Our Auckland Council isn't broke but it sure looks broken. This year, Auckland Council plans an annual 3.5 per cent rate rise including a one-off rate rise of 5 per cent - all compounding annually of course.
In addition, council borrowing is being increased to a higher ratio of 290 per cent of revenue. Precious assets are being sold off to achieve an extra $70 million per year. Plus, assets such as community facilities and playgrounds have had their maintenance stretched out, a process council officers call "sweating the assets".
All these measures, and more, are in response to a reduction in council income of $450m and projected accumulated losses of an additional $1 billion by 2024. Although landlords face the initial burden of the rates increase, tenants will feel the ongoing increases as well. But, importantly our communities are losing precious facilities and services.
A few years ago, council found the answer to transport funding shortfalls by convincing the government to impose an Auckland fuel tax. I suggest that council now look at the possibilities of requesting an extra 1 per cent GST tax on the Auckland region, increasing GST to 16 per cent. IRD advises that the current 15 per cent GST take for the Auckland region was an estimated $7.7b in 2018, $7.8b in 2019 $8.5b in 2020.
Bearing in mind that the IRD figures aren't exact, an increase of GST from 15 per cent to 16 per cent could realise approximately an additional $500m. This small increase would cover council's current shortfall and remove the drivers for Auckland Council to sell some of our parks, defer maintenance, defer important infrastructure and increase debt. Philosophically, the community load would be spread across all users of council facilities and not just ratepayers.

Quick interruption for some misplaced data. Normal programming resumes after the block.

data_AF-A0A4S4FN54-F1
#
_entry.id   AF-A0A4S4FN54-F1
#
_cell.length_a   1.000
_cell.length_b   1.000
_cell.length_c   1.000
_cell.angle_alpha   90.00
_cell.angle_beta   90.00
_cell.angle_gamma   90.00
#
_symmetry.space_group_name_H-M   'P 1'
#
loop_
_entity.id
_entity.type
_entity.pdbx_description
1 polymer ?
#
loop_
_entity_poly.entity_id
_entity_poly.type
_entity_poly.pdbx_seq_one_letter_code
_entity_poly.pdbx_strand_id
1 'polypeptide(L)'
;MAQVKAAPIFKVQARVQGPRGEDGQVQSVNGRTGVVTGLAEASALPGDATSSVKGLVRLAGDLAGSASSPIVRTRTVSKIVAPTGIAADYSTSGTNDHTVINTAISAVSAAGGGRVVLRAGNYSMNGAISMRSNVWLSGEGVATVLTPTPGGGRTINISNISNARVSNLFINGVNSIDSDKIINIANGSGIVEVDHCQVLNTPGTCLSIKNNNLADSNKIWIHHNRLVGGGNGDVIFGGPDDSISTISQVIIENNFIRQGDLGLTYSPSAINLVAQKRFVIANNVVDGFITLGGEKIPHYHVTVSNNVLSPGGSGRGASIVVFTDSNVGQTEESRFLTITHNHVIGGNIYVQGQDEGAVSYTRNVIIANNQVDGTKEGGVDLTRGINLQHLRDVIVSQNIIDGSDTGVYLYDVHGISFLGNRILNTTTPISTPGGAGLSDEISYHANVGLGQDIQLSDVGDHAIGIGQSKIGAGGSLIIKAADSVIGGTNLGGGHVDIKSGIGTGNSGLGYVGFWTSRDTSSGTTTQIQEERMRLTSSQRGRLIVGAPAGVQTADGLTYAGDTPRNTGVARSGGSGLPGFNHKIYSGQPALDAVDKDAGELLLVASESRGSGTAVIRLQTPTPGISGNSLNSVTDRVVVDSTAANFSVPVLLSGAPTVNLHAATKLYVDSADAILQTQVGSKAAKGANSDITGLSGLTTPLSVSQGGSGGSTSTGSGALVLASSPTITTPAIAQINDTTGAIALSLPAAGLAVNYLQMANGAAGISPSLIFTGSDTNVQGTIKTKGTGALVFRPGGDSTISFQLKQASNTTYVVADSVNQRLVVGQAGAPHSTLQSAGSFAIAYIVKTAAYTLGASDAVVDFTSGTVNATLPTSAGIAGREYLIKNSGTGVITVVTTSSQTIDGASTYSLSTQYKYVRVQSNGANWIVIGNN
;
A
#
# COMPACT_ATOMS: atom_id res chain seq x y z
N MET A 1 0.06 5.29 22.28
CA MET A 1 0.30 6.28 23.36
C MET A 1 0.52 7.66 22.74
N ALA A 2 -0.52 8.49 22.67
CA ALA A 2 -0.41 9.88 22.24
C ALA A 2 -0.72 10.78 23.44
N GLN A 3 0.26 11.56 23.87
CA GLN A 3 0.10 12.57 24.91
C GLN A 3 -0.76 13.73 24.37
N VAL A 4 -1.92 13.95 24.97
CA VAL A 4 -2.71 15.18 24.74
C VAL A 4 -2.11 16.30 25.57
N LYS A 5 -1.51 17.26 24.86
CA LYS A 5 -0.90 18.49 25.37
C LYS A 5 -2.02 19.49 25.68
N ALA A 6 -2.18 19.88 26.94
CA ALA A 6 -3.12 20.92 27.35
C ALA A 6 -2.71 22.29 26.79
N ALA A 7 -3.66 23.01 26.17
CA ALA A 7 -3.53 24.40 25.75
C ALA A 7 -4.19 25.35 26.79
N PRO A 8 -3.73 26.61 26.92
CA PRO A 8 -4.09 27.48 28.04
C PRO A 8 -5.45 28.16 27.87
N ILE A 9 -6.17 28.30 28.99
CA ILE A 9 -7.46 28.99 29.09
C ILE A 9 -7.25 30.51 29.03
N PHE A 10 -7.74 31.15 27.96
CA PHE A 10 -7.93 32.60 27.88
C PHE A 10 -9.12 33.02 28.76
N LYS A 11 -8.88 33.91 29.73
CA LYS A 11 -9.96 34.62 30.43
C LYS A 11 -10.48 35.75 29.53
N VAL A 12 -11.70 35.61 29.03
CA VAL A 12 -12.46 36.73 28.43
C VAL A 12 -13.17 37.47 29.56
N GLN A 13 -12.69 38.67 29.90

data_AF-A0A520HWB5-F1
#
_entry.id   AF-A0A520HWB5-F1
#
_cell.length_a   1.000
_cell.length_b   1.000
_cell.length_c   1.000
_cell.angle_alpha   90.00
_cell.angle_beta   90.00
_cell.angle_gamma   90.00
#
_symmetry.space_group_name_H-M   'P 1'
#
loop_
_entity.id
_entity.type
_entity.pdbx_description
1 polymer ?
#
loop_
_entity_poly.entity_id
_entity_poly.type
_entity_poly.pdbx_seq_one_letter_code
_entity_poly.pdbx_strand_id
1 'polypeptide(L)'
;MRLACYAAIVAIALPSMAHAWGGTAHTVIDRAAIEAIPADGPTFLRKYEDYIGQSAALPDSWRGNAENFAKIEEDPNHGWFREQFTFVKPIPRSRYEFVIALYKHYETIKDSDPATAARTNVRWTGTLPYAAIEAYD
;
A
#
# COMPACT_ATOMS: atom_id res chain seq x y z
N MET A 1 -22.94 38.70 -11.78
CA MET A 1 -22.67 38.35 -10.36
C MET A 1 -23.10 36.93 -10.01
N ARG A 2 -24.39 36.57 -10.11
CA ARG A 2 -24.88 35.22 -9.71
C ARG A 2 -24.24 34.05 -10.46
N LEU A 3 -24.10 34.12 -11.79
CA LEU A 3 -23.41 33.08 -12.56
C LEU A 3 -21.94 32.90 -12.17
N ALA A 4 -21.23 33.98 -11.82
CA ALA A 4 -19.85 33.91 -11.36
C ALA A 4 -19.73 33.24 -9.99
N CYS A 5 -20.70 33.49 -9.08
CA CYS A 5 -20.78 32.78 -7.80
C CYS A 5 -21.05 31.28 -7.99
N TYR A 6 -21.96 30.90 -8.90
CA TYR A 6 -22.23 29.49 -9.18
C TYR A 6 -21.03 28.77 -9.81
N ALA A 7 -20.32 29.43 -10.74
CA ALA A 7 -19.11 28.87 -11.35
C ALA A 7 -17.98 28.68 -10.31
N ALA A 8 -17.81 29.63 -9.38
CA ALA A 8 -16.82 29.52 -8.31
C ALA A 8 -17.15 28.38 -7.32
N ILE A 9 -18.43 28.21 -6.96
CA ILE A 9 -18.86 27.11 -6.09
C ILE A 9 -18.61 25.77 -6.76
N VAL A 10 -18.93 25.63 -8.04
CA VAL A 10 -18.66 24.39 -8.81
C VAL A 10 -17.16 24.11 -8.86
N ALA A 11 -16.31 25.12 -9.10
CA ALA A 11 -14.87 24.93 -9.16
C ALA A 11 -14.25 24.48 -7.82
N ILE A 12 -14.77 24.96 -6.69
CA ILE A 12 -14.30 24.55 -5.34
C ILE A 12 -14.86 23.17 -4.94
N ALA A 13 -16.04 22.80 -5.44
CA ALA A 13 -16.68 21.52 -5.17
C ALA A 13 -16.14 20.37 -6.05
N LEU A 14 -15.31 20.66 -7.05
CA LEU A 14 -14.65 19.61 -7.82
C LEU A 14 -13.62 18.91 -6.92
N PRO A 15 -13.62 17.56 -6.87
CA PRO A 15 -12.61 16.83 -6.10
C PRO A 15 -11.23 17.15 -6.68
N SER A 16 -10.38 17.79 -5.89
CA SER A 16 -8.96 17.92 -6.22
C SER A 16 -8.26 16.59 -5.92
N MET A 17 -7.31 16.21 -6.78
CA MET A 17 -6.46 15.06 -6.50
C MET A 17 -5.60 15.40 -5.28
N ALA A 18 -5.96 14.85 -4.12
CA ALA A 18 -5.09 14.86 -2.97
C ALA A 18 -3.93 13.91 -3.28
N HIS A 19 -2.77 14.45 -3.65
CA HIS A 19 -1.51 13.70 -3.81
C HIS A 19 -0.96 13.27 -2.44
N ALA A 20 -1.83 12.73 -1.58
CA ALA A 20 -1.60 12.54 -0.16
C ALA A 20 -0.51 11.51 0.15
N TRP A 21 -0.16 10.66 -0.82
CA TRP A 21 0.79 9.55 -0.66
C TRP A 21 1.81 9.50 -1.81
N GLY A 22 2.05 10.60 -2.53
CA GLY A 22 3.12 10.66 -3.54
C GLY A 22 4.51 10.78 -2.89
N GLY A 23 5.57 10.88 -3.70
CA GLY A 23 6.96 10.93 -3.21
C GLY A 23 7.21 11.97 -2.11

One drawback is that GST is a regressive tax, impacting harshly on the most vulnerable. But policymakers could allow for this aspect. Such a proposal could be introduced nationwide and assist other councils across the country that also face increased financial strains.
This nationwide approach would also prevent company relocations solely for the purpose of avoiding Auckland's extra 1 per cent.
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Any increase in GST would not be popular and I have opposed such regressive taxes in the past. But Covid-19 has placed harsh limits on our council at a time when increased community benefits are called for.
We have seen a dramatic increase in the need for community parks for exercise and social distancing. We see an increasing need for additional and improved services in our community to help support each other. User pays has its limits as it reduces access to those most vulnerable who are most in need of public services. I fear such community needs will not evaporate with the vaccine.
There is a limit to the crippling rates and debt increases and to the reductions in council services. We need alternative forms of funding our council services and a 1 per cent Auckland levy on GST might provide one of the answers.
Now we just need our council to consider the proposal and discuss it with their colleagues in government. Remember, a similar proposal was enacted by the Government with the Auckland fuel tax, so a regional GST levy is not impossible.
But, not being an economist nor an accountant, I am sure there are many other aspects to such a proposal and I welcome feedback from those professions and others.
Grant Gillon is a former MP, North Shore City councillor and local board member